LinuxSecurity.com
Share your story
The central voice for Linux and Open Source security news
Home News Topics Advisories HOWTOs Features Newsletters About Register

Welcome!
Sign up!
EnGarde Community
Login
Polls
What is the most important Linux security technology?
 
Advisories
Community
Linux Events
Linux User Groups
Link to Us
Security Center
Book Reviews
Security Dictionary
Security Tips
SELinux
White Papers
Featured Blogs
All About Linux
DanWalsh LiveJournal
Securitydistro
Latest Newsletters
Linux Security Week: April 21st, 2014
Linux Security Week: April 7th, 2014
Subscribe
LinuxSecurity Newsletters
E-mail:
Choose Lists:
About our Newsletters
RSS Feeds
Get the LinuxSecurity news you want faster with RSS
Powered By

  
Honeynet Project Forensic Challenge Results Print E-mail
User Rating:      How can I rate this item?
Source: Dave Dittrich - Posted by Ryan W. Maple   
Security Projects Today Dave Dittrich of the Honeynet Project announced the results of the "Honeynet Fornesic Challenge". The results of all submitted reports are available on the page. Dave also talks about how the Honeynet Project is going to continue using . . . Today Dave Dittrich of the Honeynet Project announced the results of the "Honeynet Fornesic Challenge". The results of all submitted reports are available on the page. Dave also talks about how the Honeynet Project is going to continue using this example to "develop examples and best practices that fit the needs of local, state and federal law enforcement agencies in understanding and assessing computer crime cases and pursuing suspects."

Below is the text of the email Dave sent to the FORENSICS mailing list:

 Date: Mon, 19 Mar 2001 21:38:39 -0800 From: challenge@HONEYNET.ORG To: FORENSICS@SECURITYFOCUS.COM Subject: Honeynet Project Forensic Challenge results  I'm happy to announce the winners of the Honeynet Project Forensic Challenge.  We received 13 submissions from around the world, with one team spending a total of 104 hours on their analysis.  We have decided to award the top three submissions with prestigious Honeynet Project shirts, and all of the entrants will receive a copy of "Hacking Exposed" (Second Edition).  The Top Three are (the envelope please...)          Thomas Roessler          Brian Carrier          Peter Kosinar   The full results and all submissions (including the Honeynet Project analysis and IDS logs) are available at:          http://project.honeynet.org/challenge/results/  More details about the lessons learned in running the Forensic Challenge, who may have done the intrusion, tools developed by one of the top three entrants, and the best techniques used by all, will come out in the following weeks (including in a talk which will be presented at CanSecWest '01 at the end of this month.)  We are also working with members of the United States Department of Justice and the King County Prosecutor's Office to develop examples and best practices that fit the needs of local, state and federal law enforcement agencies in understanding and assessing computer crime cases and pursuing suspects.  Detailed technical analyses are great for geeks, but hard for judges, prosecutors, and criminal investigators to digest and understand quickly. This is the first time a learning situation like this has existed, where members of law enforcement can speak openly about the analyses of a real intrusion without fear of compromising an actual -- and quite costly -- criminal case. Hopefully this will help bridge some gaps and smooth the road between computer security professionals and the law enforcement community.  (Note that *there will be no prosecutions of anyone involved in this intrusion*.  This is not about catching the person who did this intrusion, but rather about what can be learned from it.  Whoever did this is *verrrrrry* lucky its working out this way. *This* time. ;)  I would like to thank everyone who has assisted or participated in the challenge including all those who submitted entries, Lance Spitzner, Dan Farmer, Wietse Venema, Tan, Kevin Mandia, T Elam, Rik Farrow, Kevin Manson, Steve Schroeder, Floyd Short, Richard Murray, Ivan Orton, and Alisha Ritter (if I left anyone out, I apologize - blame it on lack of sleep.)  This never would have been possible without everyone's help.  -- Dave Dittrich dittrich@speakeasy.net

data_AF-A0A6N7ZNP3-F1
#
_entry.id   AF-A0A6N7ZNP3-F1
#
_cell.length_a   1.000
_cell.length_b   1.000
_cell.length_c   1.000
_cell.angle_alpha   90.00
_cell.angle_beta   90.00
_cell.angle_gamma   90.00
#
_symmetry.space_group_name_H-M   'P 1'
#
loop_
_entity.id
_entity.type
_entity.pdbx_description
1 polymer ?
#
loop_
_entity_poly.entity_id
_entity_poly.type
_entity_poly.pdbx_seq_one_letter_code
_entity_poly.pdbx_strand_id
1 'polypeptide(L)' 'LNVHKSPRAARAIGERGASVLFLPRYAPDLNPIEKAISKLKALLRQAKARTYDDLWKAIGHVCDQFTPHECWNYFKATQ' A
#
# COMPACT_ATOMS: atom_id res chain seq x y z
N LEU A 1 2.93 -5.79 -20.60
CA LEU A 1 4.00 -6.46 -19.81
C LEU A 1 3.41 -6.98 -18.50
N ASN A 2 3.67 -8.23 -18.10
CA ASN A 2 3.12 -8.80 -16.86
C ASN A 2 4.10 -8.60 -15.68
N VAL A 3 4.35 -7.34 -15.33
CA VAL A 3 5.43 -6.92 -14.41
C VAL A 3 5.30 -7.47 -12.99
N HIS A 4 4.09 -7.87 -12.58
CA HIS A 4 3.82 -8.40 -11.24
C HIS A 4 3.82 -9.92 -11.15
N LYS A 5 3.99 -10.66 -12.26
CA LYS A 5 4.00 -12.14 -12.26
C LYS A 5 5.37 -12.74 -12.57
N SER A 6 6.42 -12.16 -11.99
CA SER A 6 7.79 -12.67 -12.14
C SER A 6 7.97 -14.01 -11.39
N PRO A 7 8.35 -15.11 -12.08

Read this full article at Dave Dittrich

Only registered users can write comments.
Please login or register.

Powered by AkoComment!

 
< Prev   Next >
    
Partner

 

Latest Features
Peter Smith Releases Linux Network Security Online
Securing a Linux Web Server
Password guessing with Medusa 2.0
Password guessing as an attack vector
Squid and Digest Authentication
Squid and Basic Authentication
Demystifying the Chinese Hacking Industry: Earning 6 Million a Night
Free Online security course (LearnSIA) - A Call for Help
What You Need to Know About Linux Rootkits
Review: A Practical Guide to Fedora and Red Hat Enterprise Linux - Fifth Edition
Yesterday's Edition
Fixing OpenSSL's Heartbleed flaw will take MONTHS, warns Secunia
Even the most secure cloud storage may not be so secure, study finds
Targeted Attack Uses Heartbleed to Hijack VPN Sessions
Partner Sponsor

Community | HOWTOs | Blogs | Features | Book Reviews | Networking
 Security Projects |  Latest News |  Newsletters |  SELinux |  Privacy |  Home
 Hardening |   About Us |   Advertise |   Legal Notice |   RSS |   Guardian Digital
(c)Copyright 2014 Guardian Digital, Inc. All rights reserved.